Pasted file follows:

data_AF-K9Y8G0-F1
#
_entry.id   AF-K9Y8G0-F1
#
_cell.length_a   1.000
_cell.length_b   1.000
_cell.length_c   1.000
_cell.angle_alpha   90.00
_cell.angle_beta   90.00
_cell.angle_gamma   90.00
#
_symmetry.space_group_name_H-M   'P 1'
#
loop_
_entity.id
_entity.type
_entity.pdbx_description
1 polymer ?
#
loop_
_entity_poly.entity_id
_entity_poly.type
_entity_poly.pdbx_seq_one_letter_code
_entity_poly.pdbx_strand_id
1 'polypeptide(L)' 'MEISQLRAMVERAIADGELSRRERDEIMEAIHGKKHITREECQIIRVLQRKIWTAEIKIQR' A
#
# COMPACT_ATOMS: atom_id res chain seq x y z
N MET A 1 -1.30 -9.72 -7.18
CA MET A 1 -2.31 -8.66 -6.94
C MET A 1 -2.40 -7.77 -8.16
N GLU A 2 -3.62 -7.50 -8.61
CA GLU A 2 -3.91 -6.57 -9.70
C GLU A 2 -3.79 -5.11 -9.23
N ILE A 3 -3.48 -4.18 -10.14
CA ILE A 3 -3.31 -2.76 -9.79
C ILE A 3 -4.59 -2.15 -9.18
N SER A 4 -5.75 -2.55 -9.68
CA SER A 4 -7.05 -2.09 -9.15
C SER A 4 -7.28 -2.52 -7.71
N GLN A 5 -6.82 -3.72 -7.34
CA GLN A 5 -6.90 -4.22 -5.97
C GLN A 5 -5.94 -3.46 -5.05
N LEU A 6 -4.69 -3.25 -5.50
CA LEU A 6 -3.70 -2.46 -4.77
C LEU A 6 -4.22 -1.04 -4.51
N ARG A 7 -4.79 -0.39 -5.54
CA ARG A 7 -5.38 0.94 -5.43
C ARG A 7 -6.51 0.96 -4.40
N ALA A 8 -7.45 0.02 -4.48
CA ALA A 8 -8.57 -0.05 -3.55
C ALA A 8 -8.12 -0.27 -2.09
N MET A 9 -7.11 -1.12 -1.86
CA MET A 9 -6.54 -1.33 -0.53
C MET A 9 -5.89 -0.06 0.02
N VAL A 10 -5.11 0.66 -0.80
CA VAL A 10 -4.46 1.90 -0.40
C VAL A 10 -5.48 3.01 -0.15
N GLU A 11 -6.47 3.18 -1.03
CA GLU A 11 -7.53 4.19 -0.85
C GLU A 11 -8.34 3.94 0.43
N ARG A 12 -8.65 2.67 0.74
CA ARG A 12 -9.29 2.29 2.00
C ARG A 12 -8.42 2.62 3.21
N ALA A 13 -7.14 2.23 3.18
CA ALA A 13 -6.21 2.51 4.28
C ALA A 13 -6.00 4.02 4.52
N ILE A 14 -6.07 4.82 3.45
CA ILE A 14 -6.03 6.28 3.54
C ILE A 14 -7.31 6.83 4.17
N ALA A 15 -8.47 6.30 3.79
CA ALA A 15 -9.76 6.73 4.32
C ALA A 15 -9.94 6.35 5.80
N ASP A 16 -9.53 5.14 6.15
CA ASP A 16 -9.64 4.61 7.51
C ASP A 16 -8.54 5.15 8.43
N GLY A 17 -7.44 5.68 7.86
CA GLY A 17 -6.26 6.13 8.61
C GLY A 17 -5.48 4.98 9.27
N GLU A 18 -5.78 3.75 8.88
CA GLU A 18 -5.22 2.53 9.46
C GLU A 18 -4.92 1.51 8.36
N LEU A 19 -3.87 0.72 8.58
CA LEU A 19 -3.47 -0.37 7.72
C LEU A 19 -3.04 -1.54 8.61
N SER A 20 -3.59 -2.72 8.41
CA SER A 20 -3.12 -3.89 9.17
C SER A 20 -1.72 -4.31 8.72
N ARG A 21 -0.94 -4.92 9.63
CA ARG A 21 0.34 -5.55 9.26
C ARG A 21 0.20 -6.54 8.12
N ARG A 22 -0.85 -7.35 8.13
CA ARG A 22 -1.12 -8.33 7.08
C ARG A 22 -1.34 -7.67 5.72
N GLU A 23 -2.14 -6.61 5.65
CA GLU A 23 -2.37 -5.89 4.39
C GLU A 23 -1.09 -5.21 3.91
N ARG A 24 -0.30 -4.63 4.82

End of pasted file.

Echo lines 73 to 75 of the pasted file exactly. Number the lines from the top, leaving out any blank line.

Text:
N ASP A 16 -9.53 5.14 6.15
CA ASP A 16 -9.64 4.61 7.51
C ASP A 16 -8.54 5.15 8.43